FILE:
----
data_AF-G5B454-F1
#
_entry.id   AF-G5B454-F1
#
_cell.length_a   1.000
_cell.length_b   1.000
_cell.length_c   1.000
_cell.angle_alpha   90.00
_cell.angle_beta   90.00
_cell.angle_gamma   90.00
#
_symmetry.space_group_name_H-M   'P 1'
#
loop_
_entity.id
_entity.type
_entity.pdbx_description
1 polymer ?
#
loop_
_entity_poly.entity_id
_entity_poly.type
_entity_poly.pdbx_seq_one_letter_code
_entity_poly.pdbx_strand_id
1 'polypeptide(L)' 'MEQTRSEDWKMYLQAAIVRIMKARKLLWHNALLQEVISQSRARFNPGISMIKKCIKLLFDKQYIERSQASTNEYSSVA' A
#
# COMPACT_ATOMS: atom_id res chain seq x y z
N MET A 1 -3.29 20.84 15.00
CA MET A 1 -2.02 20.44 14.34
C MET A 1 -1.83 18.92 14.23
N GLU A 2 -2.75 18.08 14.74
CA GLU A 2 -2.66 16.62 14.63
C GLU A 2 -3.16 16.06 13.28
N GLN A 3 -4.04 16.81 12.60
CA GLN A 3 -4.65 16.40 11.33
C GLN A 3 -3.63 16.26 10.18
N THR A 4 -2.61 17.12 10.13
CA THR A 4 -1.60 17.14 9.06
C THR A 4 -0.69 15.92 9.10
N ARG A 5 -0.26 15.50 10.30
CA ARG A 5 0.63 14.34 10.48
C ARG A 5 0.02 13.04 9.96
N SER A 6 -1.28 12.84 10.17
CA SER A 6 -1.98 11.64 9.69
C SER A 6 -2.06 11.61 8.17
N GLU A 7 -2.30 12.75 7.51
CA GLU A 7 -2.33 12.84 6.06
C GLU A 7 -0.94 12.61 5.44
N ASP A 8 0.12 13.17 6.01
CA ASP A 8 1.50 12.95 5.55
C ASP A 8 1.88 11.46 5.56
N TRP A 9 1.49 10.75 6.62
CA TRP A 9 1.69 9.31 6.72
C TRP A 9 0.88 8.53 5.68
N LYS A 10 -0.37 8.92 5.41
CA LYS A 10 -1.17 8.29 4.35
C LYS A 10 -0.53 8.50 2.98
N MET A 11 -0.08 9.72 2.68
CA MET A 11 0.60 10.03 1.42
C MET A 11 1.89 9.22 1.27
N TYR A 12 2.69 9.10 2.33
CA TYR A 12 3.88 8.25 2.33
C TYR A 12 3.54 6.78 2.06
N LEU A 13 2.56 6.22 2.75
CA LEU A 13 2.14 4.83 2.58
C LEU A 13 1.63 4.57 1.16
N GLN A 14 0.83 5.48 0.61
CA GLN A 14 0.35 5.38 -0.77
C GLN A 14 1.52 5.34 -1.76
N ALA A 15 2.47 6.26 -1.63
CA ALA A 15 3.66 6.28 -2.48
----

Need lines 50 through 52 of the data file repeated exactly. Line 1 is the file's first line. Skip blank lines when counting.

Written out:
CA ASP A 8 1.50 12.95 5.55
C ASP A 8 1.88 11.46 5.56
N TRP A 9 1.49 10.75 6.62